Does Steven Soter's planetary discriminant µ1 for Neptune take into account the masses of Pluto, Orcus and other Kuiper belt objects crossing or coming very close to Neptune's orbit? If so, Neptune would probably have the smallest planet mass versus orbit mass ratio, but the lowest µ among the eight recognized planets is that of Mars. Since Mars is clearly outside the main belt, the belt cannot be applied to Mars unlike Ceres.
While Pluto, Orcus and Neptune never get close enough to each other to influence themselves, Soter obviously takes all the mass approximately around the body's orbit into account, as is the case with Ceres: for Ceres' µ Soter took the mass of the entire main belt into account, resulting in a µ of 0.33 (as Ceres has 9.39e+20 kg and the entire belt a mass of about 3e+21 kg). It is unreasonable to do that because Ceres' perihelion is 2.56 AU and its aphelion 2.98 AU, while the entire main belt stretches from 2 AU to 3.5 AU, therefore Ceres' µ is actually higher.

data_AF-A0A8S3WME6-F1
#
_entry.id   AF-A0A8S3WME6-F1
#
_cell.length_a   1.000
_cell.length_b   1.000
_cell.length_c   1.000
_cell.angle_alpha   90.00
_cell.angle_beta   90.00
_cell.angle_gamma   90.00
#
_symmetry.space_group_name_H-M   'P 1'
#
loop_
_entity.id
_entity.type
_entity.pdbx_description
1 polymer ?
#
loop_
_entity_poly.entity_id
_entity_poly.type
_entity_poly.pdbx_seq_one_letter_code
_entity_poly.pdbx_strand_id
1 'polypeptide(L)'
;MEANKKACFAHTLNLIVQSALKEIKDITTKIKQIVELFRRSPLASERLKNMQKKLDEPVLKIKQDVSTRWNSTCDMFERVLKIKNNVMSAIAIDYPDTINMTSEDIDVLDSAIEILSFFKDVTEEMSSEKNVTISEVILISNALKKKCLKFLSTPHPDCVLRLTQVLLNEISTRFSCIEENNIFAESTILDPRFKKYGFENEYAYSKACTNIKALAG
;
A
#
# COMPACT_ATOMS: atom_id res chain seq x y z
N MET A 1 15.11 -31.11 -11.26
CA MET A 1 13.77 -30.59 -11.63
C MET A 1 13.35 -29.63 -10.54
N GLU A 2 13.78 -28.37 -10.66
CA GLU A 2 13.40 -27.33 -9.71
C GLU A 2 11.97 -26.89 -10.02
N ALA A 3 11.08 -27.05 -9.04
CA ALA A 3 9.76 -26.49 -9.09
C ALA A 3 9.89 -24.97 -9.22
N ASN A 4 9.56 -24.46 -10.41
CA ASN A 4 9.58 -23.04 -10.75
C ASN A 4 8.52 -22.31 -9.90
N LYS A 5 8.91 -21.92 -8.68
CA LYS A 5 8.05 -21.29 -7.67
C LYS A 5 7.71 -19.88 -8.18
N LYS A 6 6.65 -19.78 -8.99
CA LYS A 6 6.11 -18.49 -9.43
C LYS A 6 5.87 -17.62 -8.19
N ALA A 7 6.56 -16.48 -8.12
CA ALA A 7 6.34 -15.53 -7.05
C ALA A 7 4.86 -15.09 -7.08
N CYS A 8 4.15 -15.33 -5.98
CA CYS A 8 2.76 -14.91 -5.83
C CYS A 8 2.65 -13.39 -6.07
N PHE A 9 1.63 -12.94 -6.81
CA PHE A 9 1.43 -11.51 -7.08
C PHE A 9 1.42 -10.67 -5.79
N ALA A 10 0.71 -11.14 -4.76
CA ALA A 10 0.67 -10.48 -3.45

Soter seemingly also took the mass of the entire Kuiper belt into account when calculating Pluto's and Eris' µ, despite Pluto leaving the Kuiper belt when going towards perihelion and Eris leaving the belt even for most of its orbit when going towards aphelion.
Consequently however, Soter should have taken Pluto's and Orcus' mass into account when determining Neptune's µ, and Neptune's mass in turn when determining the µ of Orcus or Pluto. Neptune's µ is 2.4e+4 and Pluto's µ is 0.077. Do these values include the masses of the other body of those? If no, that would be inconsistent with the calculations for Ceres, obviously, as well as for Eris.